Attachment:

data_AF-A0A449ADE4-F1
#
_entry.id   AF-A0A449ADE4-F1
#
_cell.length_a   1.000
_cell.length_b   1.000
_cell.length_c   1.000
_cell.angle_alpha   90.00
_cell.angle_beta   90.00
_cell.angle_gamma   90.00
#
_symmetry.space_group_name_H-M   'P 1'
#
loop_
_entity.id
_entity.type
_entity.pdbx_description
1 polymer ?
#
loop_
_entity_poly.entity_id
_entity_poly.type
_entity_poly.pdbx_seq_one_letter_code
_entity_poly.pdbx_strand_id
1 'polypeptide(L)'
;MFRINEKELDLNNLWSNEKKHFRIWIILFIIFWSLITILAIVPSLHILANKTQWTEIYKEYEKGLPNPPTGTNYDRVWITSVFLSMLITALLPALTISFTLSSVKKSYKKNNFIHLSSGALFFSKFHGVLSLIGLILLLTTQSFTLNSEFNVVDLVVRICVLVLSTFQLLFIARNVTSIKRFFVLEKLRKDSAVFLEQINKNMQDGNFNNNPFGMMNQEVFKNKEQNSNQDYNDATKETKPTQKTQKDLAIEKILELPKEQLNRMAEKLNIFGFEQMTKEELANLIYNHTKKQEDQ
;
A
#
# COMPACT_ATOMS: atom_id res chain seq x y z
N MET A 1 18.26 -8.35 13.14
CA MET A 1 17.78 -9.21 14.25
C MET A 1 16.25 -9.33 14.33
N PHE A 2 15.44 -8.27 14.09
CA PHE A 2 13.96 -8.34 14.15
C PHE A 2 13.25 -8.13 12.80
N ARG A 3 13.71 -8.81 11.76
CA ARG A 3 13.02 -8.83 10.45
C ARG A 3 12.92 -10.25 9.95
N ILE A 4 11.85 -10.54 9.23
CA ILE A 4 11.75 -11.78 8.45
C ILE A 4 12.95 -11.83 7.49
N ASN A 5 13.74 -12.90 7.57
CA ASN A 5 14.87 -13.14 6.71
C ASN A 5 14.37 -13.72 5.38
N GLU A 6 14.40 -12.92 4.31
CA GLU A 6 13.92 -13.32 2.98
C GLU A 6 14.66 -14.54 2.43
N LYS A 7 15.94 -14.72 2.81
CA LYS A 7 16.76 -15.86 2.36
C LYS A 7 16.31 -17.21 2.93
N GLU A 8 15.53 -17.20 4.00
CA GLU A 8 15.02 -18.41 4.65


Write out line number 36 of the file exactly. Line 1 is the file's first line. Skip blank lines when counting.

C PHE A 2 13.25 -8.13 12.80